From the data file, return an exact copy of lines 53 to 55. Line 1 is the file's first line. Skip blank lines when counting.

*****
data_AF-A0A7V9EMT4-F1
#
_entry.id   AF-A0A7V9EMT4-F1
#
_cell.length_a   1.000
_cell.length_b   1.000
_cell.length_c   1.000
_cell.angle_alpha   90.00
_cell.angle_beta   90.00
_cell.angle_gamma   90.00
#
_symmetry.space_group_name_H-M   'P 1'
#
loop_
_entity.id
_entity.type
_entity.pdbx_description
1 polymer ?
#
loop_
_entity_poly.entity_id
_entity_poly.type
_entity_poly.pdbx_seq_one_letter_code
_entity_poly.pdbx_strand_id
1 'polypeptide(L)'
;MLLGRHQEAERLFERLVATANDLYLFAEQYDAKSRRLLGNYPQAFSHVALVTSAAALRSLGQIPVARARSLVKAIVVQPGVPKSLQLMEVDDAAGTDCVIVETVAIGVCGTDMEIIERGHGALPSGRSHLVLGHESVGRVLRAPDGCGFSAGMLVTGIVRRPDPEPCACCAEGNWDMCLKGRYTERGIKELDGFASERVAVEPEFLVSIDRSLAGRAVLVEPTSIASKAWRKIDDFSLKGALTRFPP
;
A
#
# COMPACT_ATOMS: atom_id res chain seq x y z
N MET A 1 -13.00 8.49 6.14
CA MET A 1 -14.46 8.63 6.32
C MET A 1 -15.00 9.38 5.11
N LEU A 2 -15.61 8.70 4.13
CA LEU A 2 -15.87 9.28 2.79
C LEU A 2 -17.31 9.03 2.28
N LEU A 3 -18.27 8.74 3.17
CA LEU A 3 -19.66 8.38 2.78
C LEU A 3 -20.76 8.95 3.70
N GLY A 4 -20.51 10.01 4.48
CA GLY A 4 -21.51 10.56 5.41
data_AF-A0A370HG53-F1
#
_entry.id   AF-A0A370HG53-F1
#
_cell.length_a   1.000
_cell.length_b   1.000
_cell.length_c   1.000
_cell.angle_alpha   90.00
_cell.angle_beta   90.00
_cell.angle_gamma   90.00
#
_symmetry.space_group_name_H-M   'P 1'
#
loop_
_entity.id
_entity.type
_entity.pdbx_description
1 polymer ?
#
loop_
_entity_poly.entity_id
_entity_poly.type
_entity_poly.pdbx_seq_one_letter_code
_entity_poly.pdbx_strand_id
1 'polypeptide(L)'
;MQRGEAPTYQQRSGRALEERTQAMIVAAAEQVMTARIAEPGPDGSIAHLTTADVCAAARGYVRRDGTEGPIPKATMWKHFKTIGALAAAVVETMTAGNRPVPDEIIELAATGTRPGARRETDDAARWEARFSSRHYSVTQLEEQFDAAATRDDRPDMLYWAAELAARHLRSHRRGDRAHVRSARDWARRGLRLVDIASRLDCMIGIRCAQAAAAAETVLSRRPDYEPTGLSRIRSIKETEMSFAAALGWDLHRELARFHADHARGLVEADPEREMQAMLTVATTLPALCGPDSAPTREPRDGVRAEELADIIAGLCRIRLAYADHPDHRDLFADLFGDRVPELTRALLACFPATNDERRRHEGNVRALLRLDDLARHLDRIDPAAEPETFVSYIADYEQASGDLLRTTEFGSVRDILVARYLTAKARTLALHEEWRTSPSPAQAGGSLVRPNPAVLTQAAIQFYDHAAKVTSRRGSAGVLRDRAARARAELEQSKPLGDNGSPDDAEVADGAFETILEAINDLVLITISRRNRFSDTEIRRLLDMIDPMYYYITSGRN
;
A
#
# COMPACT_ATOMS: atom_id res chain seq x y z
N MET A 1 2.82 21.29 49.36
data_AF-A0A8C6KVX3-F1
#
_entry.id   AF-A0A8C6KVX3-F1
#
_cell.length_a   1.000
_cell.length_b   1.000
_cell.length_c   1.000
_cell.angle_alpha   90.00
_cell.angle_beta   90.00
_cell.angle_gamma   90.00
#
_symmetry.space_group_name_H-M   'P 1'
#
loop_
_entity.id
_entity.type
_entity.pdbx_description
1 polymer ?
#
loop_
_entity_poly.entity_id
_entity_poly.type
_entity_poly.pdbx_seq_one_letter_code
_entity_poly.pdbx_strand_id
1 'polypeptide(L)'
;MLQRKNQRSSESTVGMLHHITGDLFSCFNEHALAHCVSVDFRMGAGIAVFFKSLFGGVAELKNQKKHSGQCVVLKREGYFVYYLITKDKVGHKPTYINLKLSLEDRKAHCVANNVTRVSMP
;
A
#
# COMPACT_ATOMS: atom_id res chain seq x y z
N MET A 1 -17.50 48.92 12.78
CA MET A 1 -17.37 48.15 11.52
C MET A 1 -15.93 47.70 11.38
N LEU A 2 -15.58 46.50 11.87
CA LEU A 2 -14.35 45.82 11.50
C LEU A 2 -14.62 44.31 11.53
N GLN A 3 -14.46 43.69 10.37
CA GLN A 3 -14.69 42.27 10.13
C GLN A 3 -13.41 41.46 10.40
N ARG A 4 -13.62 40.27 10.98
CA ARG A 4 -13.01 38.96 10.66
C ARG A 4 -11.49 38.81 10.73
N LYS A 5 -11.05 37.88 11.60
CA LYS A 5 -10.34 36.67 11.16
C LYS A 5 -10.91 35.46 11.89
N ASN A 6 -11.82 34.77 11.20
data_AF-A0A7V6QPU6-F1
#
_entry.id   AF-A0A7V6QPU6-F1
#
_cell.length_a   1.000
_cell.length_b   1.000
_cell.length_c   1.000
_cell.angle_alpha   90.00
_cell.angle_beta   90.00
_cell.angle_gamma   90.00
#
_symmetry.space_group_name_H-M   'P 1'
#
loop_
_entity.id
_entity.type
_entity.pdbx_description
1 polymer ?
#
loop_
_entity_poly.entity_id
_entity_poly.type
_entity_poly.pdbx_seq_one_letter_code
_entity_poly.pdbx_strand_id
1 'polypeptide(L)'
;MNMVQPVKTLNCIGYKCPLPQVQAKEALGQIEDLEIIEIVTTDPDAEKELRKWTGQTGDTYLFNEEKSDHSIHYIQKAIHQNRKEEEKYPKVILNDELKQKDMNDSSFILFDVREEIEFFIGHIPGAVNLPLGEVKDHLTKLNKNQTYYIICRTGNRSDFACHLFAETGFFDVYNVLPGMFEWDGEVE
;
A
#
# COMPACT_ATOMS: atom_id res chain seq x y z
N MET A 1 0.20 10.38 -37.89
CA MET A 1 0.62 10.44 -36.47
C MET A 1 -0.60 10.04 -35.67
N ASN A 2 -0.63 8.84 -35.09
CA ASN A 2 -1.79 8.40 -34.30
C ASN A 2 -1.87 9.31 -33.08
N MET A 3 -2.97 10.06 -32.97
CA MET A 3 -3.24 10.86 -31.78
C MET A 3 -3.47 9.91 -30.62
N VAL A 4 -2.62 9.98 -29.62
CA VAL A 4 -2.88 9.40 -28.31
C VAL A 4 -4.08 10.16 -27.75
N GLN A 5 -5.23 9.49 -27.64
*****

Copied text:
_symmetry.space_group_name_H-M   'P 1'
#
loop_